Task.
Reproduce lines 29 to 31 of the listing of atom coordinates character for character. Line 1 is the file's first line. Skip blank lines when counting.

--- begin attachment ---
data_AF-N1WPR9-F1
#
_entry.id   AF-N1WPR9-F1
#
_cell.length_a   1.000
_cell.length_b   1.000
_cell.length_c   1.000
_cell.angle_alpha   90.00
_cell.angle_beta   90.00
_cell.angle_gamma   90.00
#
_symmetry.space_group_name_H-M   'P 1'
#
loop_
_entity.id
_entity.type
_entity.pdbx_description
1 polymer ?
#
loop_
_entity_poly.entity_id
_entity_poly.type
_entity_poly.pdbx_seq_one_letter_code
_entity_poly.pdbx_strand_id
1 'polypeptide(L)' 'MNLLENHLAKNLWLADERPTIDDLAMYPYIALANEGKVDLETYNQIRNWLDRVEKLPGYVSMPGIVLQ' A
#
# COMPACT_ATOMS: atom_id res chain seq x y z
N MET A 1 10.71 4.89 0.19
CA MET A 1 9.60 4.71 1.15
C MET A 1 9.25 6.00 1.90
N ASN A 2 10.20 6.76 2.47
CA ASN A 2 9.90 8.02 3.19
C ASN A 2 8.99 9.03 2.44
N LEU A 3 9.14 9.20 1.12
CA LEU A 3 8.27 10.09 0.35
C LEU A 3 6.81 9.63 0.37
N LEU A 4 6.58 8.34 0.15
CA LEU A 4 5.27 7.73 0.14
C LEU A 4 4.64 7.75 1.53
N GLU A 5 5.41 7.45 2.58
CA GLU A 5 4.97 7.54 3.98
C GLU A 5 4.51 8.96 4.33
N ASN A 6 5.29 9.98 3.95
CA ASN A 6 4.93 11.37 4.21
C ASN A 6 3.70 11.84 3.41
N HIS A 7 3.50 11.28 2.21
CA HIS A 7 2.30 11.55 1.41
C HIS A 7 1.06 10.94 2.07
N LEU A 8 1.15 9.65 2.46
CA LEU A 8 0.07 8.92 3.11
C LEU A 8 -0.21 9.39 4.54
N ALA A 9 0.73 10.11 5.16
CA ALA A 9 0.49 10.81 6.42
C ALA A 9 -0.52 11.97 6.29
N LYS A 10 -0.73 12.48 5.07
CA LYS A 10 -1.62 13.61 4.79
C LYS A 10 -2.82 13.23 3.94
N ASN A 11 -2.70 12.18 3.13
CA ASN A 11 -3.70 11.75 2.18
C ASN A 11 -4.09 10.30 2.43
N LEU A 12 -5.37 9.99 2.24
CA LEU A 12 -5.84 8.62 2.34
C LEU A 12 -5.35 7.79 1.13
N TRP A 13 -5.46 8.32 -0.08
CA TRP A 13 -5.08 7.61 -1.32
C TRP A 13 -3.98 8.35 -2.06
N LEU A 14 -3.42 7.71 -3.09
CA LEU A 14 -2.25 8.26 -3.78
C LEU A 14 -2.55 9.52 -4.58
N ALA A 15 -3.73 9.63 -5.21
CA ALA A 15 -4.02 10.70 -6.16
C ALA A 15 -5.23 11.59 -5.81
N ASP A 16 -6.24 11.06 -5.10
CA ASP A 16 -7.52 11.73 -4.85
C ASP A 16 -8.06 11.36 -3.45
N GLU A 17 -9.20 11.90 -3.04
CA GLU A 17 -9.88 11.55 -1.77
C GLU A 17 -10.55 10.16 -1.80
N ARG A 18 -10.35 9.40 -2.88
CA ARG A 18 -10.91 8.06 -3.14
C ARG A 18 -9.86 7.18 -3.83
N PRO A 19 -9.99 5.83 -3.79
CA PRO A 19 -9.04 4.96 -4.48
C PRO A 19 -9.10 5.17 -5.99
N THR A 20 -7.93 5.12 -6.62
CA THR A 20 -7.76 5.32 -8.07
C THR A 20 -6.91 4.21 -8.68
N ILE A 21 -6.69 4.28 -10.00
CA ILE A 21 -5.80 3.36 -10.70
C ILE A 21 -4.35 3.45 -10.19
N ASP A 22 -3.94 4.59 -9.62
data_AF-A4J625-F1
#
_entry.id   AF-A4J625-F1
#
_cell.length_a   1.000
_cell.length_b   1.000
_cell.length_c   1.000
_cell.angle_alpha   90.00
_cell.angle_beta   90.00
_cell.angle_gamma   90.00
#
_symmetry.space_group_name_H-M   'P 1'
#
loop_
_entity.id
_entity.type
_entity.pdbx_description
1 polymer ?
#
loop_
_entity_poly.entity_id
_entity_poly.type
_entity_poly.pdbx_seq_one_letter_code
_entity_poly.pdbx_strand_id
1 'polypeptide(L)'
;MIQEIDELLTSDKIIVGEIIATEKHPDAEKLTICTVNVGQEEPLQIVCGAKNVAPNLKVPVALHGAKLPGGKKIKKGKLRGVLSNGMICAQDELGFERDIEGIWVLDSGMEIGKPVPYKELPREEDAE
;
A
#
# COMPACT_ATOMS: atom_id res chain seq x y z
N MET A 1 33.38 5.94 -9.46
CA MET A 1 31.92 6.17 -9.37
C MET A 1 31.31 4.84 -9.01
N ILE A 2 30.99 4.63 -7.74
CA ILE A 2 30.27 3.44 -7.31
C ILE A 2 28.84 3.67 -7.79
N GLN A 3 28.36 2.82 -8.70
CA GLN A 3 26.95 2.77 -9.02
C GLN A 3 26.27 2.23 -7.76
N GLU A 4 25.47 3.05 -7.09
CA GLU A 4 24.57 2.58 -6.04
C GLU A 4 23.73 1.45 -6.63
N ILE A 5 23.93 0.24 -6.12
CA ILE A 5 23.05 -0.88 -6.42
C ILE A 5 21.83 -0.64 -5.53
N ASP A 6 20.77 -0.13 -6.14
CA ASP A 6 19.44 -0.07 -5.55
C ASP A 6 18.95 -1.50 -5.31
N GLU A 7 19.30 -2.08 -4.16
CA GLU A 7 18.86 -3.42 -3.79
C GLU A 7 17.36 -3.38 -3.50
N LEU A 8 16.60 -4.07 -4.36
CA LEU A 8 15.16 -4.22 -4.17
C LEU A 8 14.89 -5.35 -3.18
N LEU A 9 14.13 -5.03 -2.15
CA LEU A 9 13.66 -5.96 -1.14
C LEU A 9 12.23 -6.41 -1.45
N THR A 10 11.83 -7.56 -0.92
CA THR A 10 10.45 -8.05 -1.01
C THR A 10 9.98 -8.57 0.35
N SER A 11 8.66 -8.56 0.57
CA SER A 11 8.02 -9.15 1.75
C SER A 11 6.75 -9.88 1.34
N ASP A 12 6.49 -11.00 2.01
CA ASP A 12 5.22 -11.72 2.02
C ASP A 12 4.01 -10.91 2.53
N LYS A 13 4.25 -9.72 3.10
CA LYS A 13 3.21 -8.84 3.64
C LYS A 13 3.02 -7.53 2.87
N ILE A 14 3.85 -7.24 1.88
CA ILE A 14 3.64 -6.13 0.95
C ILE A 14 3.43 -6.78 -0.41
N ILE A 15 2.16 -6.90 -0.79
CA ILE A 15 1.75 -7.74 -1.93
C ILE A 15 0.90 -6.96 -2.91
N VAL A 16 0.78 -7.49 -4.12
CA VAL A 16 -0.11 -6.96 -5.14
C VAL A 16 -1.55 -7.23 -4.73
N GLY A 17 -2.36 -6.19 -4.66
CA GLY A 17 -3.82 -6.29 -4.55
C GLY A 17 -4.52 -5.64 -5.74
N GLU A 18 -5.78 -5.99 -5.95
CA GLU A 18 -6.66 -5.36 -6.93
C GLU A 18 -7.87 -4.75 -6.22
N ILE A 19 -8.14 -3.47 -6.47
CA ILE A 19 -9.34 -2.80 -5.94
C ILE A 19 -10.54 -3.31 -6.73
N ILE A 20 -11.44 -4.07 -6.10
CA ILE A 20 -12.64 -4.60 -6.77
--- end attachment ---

CA MET A 1 9.60 4.71 1.15
C MET A 1 9.25 6.00 1.90
N ASN A 2 10.20 6.76 2.47